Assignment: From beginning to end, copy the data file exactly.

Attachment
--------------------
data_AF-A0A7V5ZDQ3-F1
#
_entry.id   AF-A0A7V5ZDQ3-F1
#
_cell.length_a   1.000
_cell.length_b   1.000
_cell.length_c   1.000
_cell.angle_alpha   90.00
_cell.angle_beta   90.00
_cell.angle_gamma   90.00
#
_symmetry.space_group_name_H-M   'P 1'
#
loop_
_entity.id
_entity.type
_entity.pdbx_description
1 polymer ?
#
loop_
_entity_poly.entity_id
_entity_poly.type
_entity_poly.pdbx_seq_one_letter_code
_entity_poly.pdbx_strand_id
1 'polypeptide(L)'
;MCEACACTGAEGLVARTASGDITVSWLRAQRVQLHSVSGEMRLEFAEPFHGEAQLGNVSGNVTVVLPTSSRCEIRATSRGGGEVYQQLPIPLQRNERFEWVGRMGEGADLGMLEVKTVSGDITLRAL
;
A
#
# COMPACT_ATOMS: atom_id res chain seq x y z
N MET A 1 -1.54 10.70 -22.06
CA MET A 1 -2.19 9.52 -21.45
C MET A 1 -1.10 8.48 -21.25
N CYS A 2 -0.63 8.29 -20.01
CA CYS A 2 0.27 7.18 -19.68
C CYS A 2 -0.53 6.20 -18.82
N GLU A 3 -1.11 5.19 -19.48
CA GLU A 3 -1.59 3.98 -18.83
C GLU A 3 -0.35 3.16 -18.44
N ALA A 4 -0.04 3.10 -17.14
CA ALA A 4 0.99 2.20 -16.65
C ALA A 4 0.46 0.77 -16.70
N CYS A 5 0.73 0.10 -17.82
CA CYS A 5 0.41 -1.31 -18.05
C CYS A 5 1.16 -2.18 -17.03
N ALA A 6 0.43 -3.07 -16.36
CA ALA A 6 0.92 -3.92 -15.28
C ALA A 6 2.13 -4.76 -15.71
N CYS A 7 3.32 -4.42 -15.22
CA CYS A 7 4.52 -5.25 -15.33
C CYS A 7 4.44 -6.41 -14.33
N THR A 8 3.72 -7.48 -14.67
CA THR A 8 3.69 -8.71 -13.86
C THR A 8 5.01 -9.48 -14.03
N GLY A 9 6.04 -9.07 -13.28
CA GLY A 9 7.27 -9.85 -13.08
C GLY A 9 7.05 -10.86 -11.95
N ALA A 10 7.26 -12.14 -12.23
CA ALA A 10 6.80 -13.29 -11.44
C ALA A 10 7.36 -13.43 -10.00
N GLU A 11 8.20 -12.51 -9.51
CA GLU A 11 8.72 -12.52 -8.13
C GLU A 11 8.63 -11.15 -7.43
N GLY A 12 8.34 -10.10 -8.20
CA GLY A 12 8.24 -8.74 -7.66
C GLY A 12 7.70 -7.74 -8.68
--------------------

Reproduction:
data_AF-A0A7V5ZDQ3-F1
#
_entry.id   AF-A0A7V5ZDQ3-F1
#
_cell.length_a   1.000
_cell.length_b   1.000
_cell.length_c   1.000
_cell.angle_alpha   90.00
_cell.angle_beta   90.00
_cell.angle_gamma   90.00
#
_symmetry.space_group_name_H-M   'P 1'
#
loop_
_entity.id
_entity.type
_entity.pdbx_description
1 polymer ?
#
loop_
_entity_poly.entity_id
_entity_poly.type
_entity_poly.pdbx_seq_one_letter_code
_entity_poly.pdbx_strand_id
1 'polypeptide(L)'
;MCEACACTGAEGLVARTASGDITVSWLRAQRVQLHSVSGEMRLEFAEPFHGEAQLGNVSGNVTVVLPTSSRCEIRATSRGGGEVYQQLPIPLQRNERFEWVGRMGEGADLGMLEVKTVSGDITLRAL
;
A
#
# COMPACT_ATOMS: atom_id res chain seq x y z
N MET A 1 -1.54 10.70 -22.06
CA MET A 1 -2.19 9.52 -21.45
C MET A 1 -1.10 8.48 -21.25
N CYS A 2 -0.63 8.29 -20.01
CA CYS A 2 0.27 7.18 -19.68
C CYS A 2 -0.53 6.20 -18.82
N GLU A 3 -1.11 5.19 -19.48
CA GLU A 3 -1.59 3.98 -18.83
C GLU A 3 -0.35 3.16 -18.44
N ALA A 4 -0.04 3.10 -17.14
CA ALA A 4 0.99 2.20 -16.65
C ALA A 4 0.46 0.77 -16.70
N CYS A 5 0.73 0.10 -17.82
CA CYS A 5 0.41 -1.31 -18.05
C CYS A 5 1.16 -2.18 -17.03
N ALA A 6 0.43 -3.07 -16.36
CA ALA A 6 0.92 -3.92 -15.28
C ALA A 6 2.13 -4.76 -15.71
N CYS A 7 3.32 -4.42 -15.22
CA CYS A 7 4.52 -5.25 -15.33
C CYS A 7 4.44 -6.41 -14.33
N THR A 8 3.72 -7.48 -14.67
CA THR A 8 3.69 -8.71 -13.86
C THR A 8 5.01 -9.48 -14.03
N GLY A 9 6.04 -9.07 -13.28
CA GLY A 9 7.27 -9.85 -13.08
C GLY A 9 7.05 -10.86 -11.95
N ALA A 10 7.26 -12.14 -12.23
CA ALA A 10 6.80 -13.29 -11.44
C ALA A 10 7.36 -13.43 -10.00
N GLU A 11 8.20 -12.51 -9.51
CA GLU A 11 8.72 -12.52 -8.13
C GLU A 11 8.63 -11.15 -7.43
N GLY A 12 8.34 -10.10 -8.20
CA GLY A 12 8.24 -8.74 -7.66
C GLY A 12 7.70 -7.74 -8.68